“Would like to know about "the barrel of a gun". In almost all cases, and especially if one acts respectful to the officer, I have never heard of the need for a gun regarding a traffic violation.”

Soon thereafter you reinforce your opinion:

“Finally, what about the "at the barrel of a gun" statement? Is it that bad in Texas (again, evidence of a police state)?”

Then, when it’s pointed out quite politely that you didn't understand what you had read in the man’s link, you can’t admit you may have been wrong. Instead you ask everyone to believe that what you really meant in the above statements was that “…..the "barrel of a gun" comment was made in jest by him.”

Allow me to make a couple of suggestions:

1. If you really think Texas is a police state, don’t go there.
2. If the inability of the "folks around here” to grasp your concepts causes you so much grief, don’t come here.

And, I am sure a man of your perspicacity will appreciate that these suggestions are offered with the kindest intentions.


Edited by ryck (06/01/16 10:43 AM)
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#40787 - 06/01/16 11:35 AM Re: A Very Clever Way To Pay For a Ticket! [Re: ryck]
honestone Offline
Banned

Registered: 11/13/15
Loc: Seattle, WA (up in God's Count...
Originally Posted By: ryck
Really? You accuse the “folks around here” of having trouble reading and then continue your rant that Texas is wasting money by having a jury automatically present for traffic offences. Really?....after joemike has explained twice that it is not so.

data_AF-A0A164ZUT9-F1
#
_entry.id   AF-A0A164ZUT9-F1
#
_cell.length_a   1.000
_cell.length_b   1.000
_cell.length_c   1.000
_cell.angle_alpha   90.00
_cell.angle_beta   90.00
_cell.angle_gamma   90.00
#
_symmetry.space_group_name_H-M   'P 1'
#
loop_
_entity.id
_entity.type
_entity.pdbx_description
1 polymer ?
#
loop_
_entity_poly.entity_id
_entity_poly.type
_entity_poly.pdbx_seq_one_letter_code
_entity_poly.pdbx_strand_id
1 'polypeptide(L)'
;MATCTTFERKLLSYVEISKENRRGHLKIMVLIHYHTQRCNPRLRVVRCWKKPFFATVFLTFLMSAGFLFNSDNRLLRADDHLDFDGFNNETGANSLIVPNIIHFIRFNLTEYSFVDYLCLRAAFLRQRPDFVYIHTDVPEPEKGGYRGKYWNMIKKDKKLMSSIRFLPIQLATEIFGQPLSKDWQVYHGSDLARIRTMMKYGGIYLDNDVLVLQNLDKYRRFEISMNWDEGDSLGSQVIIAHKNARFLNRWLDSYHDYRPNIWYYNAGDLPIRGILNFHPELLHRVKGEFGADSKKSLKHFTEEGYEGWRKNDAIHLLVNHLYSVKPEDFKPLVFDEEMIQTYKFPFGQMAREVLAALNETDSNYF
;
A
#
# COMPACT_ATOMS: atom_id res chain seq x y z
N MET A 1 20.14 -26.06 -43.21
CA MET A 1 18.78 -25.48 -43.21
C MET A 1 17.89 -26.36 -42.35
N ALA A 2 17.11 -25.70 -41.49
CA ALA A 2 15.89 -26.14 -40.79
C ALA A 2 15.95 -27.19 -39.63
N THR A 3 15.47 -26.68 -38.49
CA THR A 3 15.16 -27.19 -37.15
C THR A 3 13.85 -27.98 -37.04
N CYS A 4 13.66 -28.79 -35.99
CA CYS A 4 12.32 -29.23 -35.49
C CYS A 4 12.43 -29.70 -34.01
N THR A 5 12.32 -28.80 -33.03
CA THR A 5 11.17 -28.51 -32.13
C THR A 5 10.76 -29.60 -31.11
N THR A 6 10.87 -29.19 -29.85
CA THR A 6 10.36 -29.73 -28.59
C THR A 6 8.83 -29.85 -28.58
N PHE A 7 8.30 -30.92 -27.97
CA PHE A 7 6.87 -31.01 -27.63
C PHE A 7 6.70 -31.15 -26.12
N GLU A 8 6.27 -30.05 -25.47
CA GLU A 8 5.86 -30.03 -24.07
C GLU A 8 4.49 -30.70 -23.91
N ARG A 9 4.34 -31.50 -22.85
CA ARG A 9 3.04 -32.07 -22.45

Originally Posted By: joemikeb
Normally there would not be a jury trial for a misdemeanor traffic offense, however under the 5th, 6th, & 7th amendments to the Constitution of the United States anyone accused of a crime has an absolute right to trial by jury no matter what the offense and I have to assume that was the case here.

Originally Posted By: joemikeb
Jury trial for a traffic misdemeanor in Texas is an OPTION chosen by the defendant. The prosecutor and the court would prefer NOT to have a jury trial as it takes too much time for too many people and costs too much money, but it is the defendants constitutional right.

My ‘read’ on all of this is that you simply want to force your opinion that Texas is a police state, as indicated in your early statement “….he did a great service in exposing the police state in Texas, and that is what lots of people see it as.”